The Thyroid Gland. Thyroid Hormones, Their Origin and Their Mechanism of Action

  • R. Finke
  • H. Schleusener
  • K. Hierholzer


Thyroid hormones (TH) are effectors of an endocrine system that influences development, growth and metabolism of practically all cells and tissues of the mammalian body. They are produced exclusively in the thyroid gland, under normal conditions mainly in the form of tetraiodothyronine (T4). The overall importance of this endocrine system is mirrored in the many physiological effects of TH on gene activation, protein synthesis and heat production (see Sects. 22.7, 22.8). It is known, for example, that normal prenatal and neonatal development of the brain in both humans and rodents depends on the presence of TH [56]. The importance of the system is also underscored by the numerous pathophysiological consequences of TH deficiency or TH excess throughout life (cf. Sect. 22.9).


Thyroid Hormone Thyroid Gland Iodine Deficiency Thyroid Hormone Receptor Iodide Uptake 
These keywords were added by machine and not by the authors. This process is experimental and the keywords may be updated as the learning algorithm improves.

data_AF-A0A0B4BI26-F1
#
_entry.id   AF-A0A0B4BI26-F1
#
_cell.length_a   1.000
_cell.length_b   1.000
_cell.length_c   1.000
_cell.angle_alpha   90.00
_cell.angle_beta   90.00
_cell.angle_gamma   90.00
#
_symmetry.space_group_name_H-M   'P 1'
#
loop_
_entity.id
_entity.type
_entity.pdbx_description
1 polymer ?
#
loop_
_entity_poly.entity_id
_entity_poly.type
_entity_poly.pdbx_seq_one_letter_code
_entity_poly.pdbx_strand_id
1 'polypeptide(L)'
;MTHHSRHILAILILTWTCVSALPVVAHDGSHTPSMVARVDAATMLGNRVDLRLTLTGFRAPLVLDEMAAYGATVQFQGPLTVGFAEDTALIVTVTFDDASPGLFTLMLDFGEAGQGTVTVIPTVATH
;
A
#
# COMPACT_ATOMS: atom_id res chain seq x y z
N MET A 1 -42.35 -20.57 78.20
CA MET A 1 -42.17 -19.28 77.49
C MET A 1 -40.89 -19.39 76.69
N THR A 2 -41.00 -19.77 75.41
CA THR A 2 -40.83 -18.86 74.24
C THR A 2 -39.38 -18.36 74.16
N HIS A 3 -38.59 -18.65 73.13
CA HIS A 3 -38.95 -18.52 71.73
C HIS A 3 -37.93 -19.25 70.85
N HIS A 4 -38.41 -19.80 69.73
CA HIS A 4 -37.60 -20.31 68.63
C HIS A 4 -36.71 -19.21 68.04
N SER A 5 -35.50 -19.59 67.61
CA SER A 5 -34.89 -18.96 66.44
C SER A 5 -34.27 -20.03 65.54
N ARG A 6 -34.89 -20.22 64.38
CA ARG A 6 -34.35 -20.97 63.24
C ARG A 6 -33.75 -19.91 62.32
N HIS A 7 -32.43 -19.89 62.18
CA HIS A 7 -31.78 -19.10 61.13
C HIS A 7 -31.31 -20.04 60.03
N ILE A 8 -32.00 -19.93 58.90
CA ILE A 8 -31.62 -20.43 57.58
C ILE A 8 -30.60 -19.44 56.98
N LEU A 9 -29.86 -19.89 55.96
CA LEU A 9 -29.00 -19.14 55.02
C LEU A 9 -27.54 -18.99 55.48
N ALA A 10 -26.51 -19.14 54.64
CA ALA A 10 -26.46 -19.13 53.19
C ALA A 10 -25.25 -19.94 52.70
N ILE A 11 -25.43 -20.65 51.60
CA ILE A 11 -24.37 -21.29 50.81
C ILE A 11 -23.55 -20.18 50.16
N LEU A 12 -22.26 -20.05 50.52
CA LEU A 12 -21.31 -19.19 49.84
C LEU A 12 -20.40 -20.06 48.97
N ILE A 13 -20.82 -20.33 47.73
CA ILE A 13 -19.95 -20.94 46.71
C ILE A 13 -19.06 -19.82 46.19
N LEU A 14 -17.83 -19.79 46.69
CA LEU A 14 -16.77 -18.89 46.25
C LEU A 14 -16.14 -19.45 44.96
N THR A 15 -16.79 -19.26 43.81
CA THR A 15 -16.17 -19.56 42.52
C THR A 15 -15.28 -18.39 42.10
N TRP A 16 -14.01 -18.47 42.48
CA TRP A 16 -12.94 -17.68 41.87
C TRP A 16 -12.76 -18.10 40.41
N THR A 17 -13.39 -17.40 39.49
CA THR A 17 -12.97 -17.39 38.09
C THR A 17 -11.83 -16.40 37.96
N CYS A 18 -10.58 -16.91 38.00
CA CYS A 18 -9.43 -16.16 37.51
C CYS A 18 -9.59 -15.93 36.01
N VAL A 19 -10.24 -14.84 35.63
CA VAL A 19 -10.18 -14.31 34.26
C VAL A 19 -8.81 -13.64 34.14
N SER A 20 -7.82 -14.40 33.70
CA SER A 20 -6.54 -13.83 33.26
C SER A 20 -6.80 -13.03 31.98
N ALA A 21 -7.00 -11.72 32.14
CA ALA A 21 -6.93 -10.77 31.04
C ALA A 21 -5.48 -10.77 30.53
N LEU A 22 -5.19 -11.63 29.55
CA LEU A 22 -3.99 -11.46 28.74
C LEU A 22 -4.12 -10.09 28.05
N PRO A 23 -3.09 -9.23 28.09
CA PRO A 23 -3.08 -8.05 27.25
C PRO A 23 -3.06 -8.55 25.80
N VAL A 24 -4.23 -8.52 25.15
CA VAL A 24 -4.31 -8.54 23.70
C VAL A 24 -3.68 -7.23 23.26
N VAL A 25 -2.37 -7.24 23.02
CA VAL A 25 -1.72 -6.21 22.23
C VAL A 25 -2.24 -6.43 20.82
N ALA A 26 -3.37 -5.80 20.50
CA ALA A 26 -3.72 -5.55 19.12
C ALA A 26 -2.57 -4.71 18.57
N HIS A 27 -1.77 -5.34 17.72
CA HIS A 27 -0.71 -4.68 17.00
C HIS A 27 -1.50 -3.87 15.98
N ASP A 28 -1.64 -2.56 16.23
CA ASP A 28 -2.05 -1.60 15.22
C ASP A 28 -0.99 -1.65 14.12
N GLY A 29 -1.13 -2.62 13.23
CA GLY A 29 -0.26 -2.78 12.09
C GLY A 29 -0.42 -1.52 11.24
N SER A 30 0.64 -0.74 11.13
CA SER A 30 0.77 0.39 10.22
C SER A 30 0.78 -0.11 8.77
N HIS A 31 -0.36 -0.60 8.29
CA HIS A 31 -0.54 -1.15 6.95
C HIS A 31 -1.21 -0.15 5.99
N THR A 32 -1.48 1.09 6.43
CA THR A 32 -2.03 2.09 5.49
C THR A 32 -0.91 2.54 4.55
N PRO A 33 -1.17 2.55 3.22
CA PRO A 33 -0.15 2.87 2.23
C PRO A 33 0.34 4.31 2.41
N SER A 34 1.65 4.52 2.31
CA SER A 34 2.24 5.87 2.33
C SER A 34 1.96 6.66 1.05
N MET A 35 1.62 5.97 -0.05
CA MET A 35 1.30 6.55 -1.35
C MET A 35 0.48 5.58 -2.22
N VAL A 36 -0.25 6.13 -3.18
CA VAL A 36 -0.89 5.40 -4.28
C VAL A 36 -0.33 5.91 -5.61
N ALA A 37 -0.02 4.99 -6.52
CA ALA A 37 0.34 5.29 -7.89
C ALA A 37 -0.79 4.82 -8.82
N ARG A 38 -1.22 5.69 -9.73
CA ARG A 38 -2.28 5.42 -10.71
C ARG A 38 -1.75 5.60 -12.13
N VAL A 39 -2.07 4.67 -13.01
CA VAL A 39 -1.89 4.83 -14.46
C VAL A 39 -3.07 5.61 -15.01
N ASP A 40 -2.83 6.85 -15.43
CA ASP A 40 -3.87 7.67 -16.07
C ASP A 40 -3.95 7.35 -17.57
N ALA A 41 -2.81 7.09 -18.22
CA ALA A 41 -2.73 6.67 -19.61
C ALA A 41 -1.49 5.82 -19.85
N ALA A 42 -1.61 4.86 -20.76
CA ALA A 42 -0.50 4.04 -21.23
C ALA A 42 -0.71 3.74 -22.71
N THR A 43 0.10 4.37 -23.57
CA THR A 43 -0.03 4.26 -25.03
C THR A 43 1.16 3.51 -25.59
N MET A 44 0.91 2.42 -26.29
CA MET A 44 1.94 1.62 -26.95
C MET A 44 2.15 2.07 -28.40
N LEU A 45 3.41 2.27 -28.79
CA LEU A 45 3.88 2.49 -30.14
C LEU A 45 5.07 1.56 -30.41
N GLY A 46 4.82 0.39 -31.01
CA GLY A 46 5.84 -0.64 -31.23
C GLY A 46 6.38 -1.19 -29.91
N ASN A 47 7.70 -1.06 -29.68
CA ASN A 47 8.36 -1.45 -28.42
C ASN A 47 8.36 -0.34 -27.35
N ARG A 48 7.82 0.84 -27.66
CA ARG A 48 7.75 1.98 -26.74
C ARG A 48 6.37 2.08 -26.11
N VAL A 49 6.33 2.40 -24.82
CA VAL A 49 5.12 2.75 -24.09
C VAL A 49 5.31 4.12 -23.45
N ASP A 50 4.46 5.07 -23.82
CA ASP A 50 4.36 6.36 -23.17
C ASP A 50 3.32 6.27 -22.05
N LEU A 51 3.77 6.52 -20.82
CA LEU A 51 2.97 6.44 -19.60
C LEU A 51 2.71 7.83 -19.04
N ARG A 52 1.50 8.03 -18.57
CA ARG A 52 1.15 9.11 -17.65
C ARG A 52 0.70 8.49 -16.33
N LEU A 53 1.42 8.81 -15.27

Unable to display preview. Download preview PDF.

Unable to display preview. Download preview PDF.

General References

  1. Baulieu EE, Kelly PA (1990) Hormones. From molecules to disease. Hermann Publishers in Arts and Science. Chapman and Hall, New York, pp 343–373 (Chapter 8: Thyroid hormones)Google Scholar
  2. Bercu BB, Shulman DI (1991) Advances in perinatal thyroidology. Plenum, New YorkCrossRefGoogle Scholar
  3. Braverman LE, Utiger RD (1991) Werner and Ingbar’s The thyroid. A fundamental and clinical text, 6th edn. Lippincott, PhiladelphiaGoogle Scholar
  4. Cohen RD, Lewis B, Alberti KGMM, Denman AM (1990) The metabolic and molecular basis of acquired disease, vol I. Baillière Tindall, LondonGoogle Scholar
  5. DeGroot LJ (1989) Endocrinology, 2nd edn, vol I. Saunders, Philadelphia, Part III: Thyroid gland, pp 505–801Google Scholar
  6. Ganong WF (1991) Review of medical physiology. A lange medical book, 15th edn. Prentice-Hall, London, pp 296–311 (Chapter 18: The thyroid gland)Google Scholar
  7. Goodman HM (1988) Basic medical endocrinology. Raven, New York, pp 188–245 (Chapter 3: Thyroid gland)Google Scholar
  8. Greenspan FS (1991) Basic and clinical endocrinology, 3rd edn. Prentice-Hall, LondonGoogle Scholar
  9. Hennemann G (1986) Thyroid hormone metabolism. Dekker, New YorkGoogle Scholar
  10. Labhart A (1986) Clinical endocrinology. Theory and practice, 2nd edn. Springer, Berlin Heidelberg New YorkCrossRefGoogle Scholar
  11. Sleisinger MH, Fordtan JS (1993) Gastrointestinal disease, 5th edn. Saunders, PhiladelphiaGoogle Scholar
  12. Wilson JD, Foster DW (1992) Williams textbook of endocrinology, 8th edn. Saunders, PhiladelphiaGoogle Scholar

Specific References

  1. 1.
    Bahn RS, Heufelder AE (1993) Pathogenesis of Graves’ ophthalmopathy. N Engl J Med 20:1468–1475Google Scholar